Four weeks ago, I was in Virginia visiting my family for the holidays. We had tickets to see "Les Misérables" at a theatre in Washington, D.C., so we all packed in the car and made a day trip out of it. Once we got into the city, you could see the streets lined with bleachers, and my dad pointed out that they were already preparing for the inaugural parade.
Three weeks later, I watched on TV as those bleachers filled to the brim. More than 800,000 people filled the streets of our nation’s capital to watch President Barack Obama give his second inaugural address. Even more watched from home as Obama gave a historical speech rallying for unity and equality. When Obama mentioned the people of Stonewall among those who fought for equality, the LGBTQ community was once again backed by the president and, for the first time in history, was mentioned in an inaugural address. In what I feel is one of the most beautiful parts of his speech, Obama went on to say:
“Our journey is not complete until our gay brothers and sisters are treated like anyone else under the law, for if we are truly created equal, then surely the love we commit to one another must be equal, as well.”
This mere sentence impacted a whole community and the struggle for equality they face every day. It was an incredible moment in his speech — a moment I felt was genuine and true.
A couple days later, I was on Twitter and came across an image of a letter handwritten on lined school paper by a little girl named Sadie in response to Obama’s inaugural address. In it, she talks about her struggle as an out transgender girl and how she dreams of a world in which that struggle doesn’t exist.
“The world would be a better place if everyone had the right to be themselves, including people who have a creative gender identity and expression,” she writes. “Transgender people are not allowed the freedom to do things like everyone else does, like go to the doctor, go to school, get a job and even make friends.”
I have to agree with and applaud her. Although Obama’s speech was an incredible moment for the LGBTQ community, sometimes the transgender part of that acronym is left out. This is due largely to lack of knowledge about the transgender community.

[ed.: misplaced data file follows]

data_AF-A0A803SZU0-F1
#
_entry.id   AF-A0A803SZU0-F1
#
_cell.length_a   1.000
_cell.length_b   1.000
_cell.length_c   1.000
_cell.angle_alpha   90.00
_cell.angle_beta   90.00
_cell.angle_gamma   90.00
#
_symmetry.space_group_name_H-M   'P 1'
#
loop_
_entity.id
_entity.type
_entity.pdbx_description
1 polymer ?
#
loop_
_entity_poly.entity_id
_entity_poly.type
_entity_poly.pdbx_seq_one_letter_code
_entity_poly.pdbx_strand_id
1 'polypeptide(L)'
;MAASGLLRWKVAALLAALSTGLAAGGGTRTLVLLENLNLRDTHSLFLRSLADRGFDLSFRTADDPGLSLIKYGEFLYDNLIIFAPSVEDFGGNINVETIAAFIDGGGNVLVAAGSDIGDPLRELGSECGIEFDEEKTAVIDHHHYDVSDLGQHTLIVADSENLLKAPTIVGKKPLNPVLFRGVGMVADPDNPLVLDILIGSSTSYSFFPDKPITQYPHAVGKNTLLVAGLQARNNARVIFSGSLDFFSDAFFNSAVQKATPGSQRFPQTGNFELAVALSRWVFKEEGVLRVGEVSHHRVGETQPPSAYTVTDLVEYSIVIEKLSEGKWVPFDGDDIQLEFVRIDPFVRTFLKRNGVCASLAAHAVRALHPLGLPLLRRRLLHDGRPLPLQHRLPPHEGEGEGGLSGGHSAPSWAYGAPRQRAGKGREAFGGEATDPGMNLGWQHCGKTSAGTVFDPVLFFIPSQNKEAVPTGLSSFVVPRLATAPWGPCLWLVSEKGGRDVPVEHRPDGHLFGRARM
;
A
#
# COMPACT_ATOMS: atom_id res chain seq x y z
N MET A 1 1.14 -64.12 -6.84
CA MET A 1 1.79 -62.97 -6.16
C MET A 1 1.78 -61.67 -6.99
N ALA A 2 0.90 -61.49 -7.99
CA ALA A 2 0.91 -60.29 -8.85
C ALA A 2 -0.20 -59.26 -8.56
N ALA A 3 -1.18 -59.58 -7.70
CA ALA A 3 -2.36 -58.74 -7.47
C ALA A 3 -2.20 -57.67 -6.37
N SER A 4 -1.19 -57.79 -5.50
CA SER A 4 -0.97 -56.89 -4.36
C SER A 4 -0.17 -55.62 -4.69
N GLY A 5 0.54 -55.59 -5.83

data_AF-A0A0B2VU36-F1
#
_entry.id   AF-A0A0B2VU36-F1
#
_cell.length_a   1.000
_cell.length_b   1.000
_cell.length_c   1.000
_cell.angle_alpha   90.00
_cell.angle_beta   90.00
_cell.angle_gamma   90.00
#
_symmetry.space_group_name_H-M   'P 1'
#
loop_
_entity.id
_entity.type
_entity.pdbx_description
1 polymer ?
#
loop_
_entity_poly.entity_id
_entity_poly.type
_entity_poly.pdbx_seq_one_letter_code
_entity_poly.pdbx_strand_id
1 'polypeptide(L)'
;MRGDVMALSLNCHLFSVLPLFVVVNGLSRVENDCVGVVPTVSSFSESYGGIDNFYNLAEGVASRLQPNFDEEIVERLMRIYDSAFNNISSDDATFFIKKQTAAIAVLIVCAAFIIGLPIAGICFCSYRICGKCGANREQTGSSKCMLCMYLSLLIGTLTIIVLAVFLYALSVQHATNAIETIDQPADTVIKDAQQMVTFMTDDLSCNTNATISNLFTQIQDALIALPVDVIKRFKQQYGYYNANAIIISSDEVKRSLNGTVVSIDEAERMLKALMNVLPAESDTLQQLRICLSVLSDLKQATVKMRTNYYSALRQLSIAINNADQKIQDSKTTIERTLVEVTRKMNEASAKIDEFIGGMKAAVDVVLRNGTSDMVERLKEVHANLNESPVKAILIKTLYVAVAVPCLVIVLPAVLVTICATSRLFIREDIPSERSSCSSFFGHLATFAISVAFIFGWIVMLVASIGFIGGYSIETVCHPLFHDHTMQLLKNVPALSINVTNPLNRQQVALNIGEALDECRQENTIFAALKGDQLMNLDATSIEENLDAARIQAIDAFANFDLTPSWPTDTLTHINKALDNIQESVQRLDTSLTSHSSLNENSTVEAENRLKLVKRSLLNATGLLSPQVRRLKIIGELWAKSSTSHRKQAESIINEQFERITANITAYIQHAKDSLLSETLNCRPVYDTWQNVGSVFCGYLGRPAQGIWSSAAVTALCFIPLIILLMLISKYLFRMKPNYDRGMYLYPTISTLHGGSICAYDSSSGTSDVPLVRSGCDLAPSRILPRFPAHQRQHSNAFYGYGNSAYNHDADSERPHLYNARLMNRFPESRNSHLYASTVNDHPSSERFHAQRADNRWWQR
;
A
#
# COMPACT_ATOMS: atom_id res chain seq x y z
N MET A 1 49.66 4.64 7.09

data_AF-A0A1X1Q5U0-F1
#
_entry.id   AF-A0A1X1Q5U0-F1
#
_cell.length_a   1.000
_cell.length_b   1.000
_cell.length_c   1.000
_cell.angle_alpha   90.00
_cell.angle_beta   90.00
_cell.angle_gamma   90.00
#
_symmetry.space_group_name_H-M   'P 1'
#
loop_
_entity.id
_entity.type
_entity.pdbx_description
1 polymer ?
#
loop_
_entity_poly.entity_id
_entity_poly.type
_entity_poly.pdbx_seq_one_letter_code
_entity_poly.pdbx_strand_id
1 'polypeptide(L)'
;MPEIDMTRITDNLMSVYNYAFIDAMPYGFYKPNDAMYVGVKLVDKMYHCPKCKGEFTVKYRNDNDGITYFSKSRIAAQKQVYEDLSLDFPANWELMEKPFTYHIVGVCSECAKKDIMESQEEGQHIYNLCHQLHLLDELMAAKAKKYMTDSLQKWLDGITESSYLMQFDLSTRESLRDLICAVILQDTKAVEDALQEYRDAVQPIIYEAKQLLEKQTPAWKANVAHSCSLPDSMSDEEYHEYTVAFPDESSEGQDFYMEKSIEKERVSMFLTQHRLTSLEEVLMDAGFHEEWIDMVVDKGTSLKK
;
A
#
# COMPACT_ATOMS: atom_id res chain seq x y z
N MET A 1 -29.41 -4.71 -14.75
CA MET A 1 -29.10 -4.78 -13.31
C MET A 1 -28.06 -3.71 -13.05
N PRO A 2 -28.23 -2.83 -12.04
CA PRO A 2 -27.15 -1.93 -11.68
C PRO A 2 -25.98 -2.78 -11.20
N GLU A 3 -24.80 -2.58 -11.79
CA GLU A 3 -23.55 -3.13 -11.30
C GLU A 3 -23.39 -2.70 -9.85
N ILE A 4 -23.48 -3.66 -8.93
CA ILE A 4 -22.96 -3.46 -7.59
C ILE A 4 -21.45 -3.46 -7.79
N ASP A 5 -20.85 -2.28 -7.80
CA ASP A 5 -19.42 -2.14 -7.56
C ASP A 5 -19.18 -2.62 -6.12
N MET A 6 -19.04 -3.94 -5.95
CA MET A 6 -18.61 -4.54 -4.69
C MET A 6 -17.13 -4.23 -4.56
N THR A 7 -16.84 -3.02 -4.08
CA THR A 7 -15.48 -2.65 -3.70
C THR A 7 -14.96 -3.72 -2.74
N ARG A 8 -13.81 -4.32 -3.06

Being transgender is not about who you love but about who you identify as. They aren’t necessarily people who have already gone through gender reassignment, but people who feel they were born into the wrong gender’s body. Being transgender is about self-identification, and it’s a struggle transgender men and women deal with every day. Society’s misconception about who transgender people are leaves their community struggling to fit into a world that sometimes doesn’t understand them.
So here’s to Sadie, a beautiful little girl with heart and a dream who spoke out for a community that sometimes isn’t heard. Let us take her story and run with it. Let us shout to the world her message of love and acceptance and apply it to our own lives. If Sadie can be brave enough to stand up and fight for equality, then why can’t the rest of us follow her lead?
I know that I take my gender identity for granted almost every day and I’m sure some of you out there reading this do, too. So I’ll leave you with more incredible words from Sadie, an 11-year-old with a dream, and hope she can inspire you as much as she’s inspired me.
“It would be a better world if everyone knew that transgender people have the same hopes and dreams as everyone else. We like to make friends and want to go to school. Transgender people want to get good jobs and go to doctors like they are exactly the same. It really isn't that hard to like transgender people because we are like everyone else."